Skimming lightly, wheeling still,
The swallows fly low
Over the field in clouded days,
The forest-field of Shiloh—
Over the field where April rain
Solaced the parched ones stretched in pain
Through the pause of night
That followed the Sunday fight
Around the church of Shiloh—
The church so lone, the log-built one,
That echoed to many a parting groan
And natural prayer
Of dying foemen mingled there—
Foemen at morn, but friends at eve—
Fame or country least their care:
(What like a bullet can undeceive!)
But now they lie low,
While over them the swallows skim,
And all is hushed at Shiloh.
Herman Melville – 1862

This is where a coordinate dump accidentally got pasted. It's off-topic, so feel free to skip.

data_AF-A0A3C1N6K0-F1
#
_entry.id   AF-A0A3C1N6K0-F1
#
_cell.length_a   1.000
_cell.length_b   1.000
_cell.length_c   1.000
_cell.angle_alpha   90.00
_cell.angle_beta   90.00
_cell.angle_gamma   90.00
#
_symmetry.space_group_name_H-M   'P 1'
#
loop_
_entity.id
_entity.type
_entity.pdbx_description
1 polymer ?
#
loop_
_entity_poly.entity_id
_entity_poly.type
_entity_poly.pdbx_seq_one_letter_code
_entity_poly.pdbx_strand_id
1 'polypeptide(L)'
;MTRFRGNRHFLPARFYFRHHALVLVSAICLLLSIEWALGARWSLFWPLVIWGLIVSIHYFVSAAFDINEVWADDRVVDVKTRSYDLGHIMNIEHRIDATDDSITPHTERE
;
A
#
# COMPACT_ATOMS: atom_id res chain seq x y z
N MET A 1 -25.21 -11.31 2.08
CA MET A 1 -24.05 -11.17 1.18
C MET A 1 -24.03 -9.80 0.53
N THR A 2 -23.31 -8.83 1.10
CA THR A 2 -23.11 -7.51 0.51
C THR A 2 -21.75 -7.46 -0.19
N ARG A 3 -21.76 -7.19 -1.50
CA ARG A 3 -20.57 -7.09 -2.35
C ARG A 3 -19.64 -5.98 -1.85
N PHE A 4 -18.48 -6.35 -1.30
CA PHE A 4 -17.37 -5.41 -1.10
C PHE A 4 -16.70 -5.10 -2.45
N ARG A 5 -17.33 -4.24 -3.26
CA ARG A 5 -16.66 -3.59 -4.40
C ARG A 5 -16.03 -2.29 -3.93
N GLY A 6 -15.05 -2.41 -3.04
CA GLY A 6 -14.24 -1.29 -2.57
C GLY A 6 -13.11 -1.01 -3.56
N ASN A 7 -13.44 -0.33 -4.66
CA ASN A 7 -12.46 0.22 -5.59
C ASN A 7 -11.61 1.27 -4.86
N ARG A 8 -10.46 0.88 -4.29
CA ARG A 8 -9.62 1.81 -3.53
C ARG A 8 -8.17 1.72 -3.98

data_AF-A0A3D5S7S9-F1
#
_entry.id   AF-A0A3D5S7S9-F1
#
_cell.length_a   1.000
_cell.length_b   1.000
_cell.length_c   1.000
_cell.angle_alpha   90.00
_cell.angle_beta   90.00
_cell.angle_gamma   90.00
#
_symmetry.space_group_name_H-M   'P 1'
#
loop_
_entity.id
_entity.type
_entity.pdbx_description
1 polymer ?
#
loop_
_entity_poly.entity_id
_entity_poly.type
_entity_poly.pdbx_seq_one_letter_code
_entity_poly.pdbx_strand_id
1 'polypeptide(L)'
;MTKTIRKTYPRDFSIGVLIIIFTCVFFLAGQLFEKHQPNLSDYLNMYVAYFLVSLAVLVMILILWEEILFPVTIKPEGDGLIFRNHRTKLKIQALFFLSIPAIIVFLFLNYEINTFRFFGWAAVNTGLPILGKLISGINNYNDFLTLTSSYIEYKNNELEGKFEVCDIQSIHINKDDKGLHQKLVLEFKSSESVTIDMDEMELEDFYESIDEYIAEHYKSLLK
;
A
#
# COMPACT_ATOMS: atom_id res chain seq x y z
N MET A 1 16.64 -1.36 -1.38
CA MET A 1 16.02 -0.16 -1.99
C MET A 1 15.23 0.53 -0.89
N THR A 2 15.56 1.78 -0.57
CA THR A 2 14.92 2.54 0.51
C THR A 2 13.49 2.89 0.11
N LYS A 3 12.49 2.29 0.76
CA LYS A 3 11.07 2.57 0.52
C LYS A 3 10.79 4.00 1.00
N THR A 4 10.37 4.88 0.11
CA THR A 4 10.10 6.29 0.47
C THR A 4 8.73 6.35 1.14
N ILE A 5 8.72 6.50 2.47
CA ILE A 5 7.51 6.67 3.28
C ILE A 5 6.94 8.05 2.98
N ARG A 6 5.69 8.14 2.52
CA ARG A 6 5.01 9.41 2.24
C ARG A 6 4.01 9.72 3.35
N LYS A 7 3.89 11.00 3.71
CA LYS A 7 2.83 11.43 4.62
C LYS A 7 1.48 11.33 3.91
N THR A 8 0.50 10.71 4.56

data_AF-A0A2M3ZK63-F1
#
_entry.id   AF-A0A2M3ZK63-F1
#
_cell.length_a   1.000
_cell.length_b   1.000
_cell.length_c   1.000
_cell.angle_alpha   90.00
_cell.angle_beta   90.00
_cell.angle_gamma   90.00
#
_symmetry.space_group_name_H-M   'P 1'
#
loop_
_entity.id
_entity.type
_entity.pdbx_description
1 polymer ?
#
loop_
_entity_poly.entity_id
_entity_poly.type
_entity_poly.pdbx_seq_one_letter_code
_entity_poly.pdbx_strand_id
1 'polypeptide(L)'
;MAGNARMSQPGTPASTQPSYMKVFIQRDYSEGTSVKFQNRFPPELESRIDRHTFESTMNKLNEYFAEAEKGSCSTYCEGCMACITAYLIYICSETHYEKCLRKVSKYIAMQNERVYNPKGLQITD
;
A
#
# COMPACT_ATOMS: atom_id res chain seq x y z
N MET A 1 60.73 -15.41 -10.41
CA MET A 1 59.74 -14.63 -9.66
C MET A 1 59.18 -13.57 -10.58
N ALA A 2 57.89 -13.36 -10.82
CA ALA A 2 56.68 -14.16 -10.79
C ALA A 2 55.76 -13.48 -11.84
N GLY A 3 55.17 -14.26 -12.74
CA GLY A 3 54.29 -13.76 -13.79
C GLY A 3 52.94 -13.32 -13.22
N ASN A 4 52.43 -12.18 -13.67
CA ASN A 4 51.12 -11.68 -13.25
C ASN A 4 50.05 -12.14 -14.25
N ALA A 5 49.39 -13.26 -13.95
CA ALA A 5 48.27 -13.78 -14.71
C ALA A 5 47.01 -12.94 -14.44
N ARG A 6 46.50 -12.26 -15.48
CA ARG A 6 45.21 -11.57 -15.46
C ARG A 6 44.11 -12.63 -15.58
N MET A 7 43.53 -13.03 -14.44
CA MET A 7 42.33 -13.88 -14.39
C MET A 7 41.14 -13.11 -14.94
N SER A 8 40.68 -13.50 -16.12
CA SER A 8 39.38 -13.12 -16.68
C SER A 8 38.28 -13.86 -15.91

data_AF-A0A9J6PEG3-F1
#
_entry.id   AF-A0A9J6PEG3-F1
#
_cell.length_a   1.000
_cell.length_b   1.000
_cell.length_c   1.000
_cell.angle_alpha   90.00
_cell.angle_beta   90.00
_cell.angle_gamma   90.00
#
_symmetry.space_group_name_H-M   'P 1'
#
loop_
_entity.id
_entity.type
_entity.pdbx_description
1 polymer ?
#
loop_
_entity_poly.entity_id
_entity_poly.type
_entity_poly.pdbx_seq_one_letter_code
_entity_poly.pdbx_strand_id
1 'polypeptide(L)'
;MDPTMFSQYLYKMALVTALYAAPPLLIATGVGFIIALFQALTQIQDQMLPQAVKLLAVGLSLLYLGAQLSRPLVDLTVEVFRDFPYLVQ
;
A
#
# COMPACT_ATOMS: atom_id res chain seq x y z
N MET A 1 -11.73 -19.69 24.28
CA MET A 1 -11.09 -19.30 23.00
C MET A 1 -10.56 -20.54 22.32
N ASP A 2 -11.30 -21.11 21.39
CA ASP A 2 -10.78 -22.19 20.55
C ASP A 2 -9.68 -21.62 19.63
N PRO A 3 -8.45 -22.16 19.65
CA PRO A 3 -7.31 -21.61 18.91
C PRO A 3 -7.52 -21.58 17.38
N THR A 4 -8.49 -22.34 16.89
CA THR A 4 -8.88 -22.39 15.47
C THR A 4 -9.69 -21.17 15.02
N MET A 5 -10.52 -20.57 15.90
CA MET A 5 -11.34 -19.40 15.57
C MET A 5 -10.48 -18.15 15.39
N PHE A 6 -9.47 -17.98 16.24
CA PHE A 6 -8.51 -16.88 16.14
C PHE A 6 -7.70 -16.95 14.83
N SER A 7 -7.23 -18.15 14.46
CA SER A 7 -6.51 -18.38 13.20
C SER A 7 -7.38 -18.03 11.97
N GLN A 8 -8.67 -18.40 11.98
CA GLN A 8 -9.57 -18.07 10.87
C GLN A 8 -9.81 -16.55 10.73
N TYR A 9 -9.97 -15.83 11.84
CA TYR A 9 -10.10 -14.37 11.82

As we hear so much these days about the death of one president, I am reminded of Walt Whitman’s reflections on the death of another.
HUSH’D be the camps to-day;
And, soldiers, let us drape our war-worn weapons;
And each with musing soul retire, to celebrate,
Our dear commander’s death.
No more for him life’s stormy conflicts;
Nor victory, nor defeat–no more time’s dark events,
Charging like ceaseless clouds across the sky.
But sing, poet, in our name;
Sing of the love we bore him–because you, dweller in camps, know it
As they invault the coffin there;
Sing–as they close the doors of earth upon him–one verse,
For the heavy hearts of soldiers.